Campus & Community

Variations discovered in human genomes

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Lee and
Charles Lee (right) and John Iafrate discuss the surprising gaps they found in the human genome. (Staff photo Stephanie Mitchell/Harvard News Office)

Contrary to expectation, a startling number of large variations have been found in the human genome. The genetic blueprints for humans were thought to be 99.9 percent similar, but researchers at Harvard Medical School and the University of Toronto in Canada have accidentally discovered large chunks of missing or added DNA in normal, healthy people.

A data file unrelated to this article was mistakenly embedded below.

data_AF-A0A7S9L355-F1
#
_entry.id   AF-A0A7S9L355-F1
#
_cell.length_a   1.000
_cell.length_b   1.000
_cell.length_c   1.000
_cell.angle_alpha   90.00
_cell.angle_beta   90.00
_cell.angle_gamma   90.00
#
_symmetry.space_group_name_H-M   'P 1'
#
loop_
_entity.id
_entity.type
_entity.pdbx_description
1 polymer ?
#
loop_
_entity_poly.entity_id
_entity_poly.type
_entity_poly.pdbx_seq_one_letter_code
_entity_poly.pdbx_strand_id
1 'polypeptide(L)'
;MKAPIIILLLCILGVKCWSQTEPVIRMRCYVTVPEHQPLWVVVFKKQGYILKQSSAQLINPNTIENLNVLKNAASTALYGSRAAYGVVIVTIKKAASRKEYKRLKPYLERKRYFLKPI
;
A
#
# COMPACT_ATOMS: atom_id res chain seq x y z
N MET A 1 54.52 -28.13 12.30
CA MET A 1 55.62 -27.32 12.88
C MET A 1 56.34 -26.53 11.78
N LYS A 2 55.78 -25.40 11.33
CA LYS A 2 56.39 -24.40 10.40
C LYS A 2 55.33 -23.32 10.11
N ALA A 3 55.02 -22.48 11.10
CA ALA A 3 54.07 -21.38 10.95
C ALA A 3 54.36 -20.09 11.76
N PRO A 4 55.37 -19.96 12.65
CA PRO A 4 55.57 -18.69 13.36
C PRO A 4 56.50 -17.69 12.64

“We were extraordinarily surprised to see that some people have so much more or less DNA,” says Charles Lee, a geneticist and assistant professor at Harvard. “This is very exciting. It could explain differences in human nature, and help us identify people who are more prone to certain diseases.”

The researchers looked at 55 healthy, unrelated men and women, and they discovered 255 regions with relatively large gains or losses in their DNA. Some experts speculate that these variations could be responsible for differences in intelligence and behavior, as well as predispositions to certain diseases.

“This discovery may help us to better understand the nature of humanity,” says Lee.

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